- Q3
- Maximum

Boxplot

- Visual representation of the five-number summary.
- Central box: Q1 to Q3
- Line inside box: Median
- Extended straight lines: lowest to highest observation, except outliers

Find the 5 # summary and make a boxplot

Numbers of home runs that Hank Aaron hit in each of his 23 years in the Major Leagues:

10 12 13 20 24 26 27 29 30 32 34 34 38 39 39 40 40 44 44 44 44 45 47

Criterion for suspected outliers

- Interquartile Range (IQR) = Q3 - Q1
- Observation is a suspected outlier IF it is:
- greater than Q3 + 1.5*IQR

OR

- less than Q1 – 1.5*IQR

Criterion for suspected outliers

- Are there any outliers?

Criterion for suspected outliers

- Find 5 number summary:

Min Q1 Median Q3 Max

1 54.5 103.5 200 2631

- Are there any outliers?
- Q3 – Q1 = 200 – 54.5 = 145.5
- Times by 1.5: 145.5*1.5 = 218.25
- Add to Q3: 200 + 218.25 = 418.25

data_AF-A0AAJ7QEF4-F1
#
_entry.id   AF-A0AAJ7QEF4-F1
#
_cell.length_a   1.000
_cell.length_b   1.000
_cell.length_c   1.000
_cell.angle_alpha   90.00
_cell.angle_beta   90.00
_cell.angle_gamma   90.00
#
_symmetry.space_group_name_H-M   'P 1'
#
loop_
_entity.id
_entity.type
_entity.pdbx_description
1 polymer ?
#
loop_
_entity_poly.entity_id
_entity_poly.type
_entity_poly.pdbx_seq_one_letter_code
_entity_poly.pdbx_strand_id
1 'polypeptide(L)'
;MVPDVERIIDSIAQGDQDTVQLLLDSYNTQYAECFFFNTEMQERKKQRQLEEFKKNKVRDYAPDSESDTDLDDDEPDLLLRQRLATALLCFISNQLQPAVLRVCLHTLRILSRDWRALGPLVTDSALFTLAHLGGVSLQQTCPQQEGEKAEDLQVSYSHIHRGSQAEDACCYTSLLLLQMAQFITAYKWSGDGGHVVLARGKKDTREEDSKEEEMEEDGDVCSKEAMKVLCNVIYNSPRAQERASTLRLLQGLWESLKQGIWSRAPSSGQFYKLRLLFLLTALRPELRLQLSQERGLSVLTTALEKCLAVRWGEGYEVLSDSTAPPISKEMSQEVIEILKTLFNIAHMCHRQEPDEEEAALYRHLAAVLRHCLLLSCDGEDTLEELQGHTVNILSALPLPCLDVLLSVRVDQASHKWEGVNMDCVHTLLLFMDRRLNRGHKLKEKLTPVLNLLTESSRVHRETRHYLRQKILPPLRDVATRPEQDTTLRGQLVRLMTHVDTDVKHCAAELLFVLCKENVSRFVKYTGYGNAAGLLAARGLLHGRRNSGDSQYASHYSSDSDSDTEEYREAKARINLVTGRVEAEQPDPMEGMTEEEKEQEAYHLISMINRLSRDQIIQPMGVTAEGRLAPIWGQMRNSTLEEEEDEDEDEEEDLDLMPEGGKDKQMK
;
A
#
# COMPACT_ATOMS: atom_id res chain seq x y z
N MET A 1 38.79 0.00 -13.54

- Anything higher is a high outlier 7 obs.
- Subtract from Q1: 54.5 – 218.25 = -163.75
- Anything lower is a low outlier no obs.

Criterion for suspected outliers

- Seven high outliers circled…

Modified Boxplot

- Has outliers as dots or stars.
- The line extends only to the first non-outlier.

Standard deviation

- Deviation :
- Variance : s2
- Standard Deviation : s

DATA: 1792 1666 1362 1614 1460 1867 1439

Mean = 1600

- Find the deviations from the mean:

Deviation1 = 1792 – 1600 = 192

Deviation2 = 1666 – 1600 = 66

…Deviation7 = 1439 – 1600 = -161

- Square the deviations.
- Add them up and divide the sum by n-1 = 6, this gives you s2.
- Take square root: Standard Deviation = s = 189.24

Properties of the standard deviation

- Standard deviation is always non-negative
- s = 0 when there is no spread
- s is not resistant to presence of outliers
- 5-number summary usually better describes a skewed distribution or a distribution with outliers.
- s is used when we use the mean
- Mean and standard deviation are usually used for reasonably symmetric distributions without outliers.

Find the mean and standard deviation.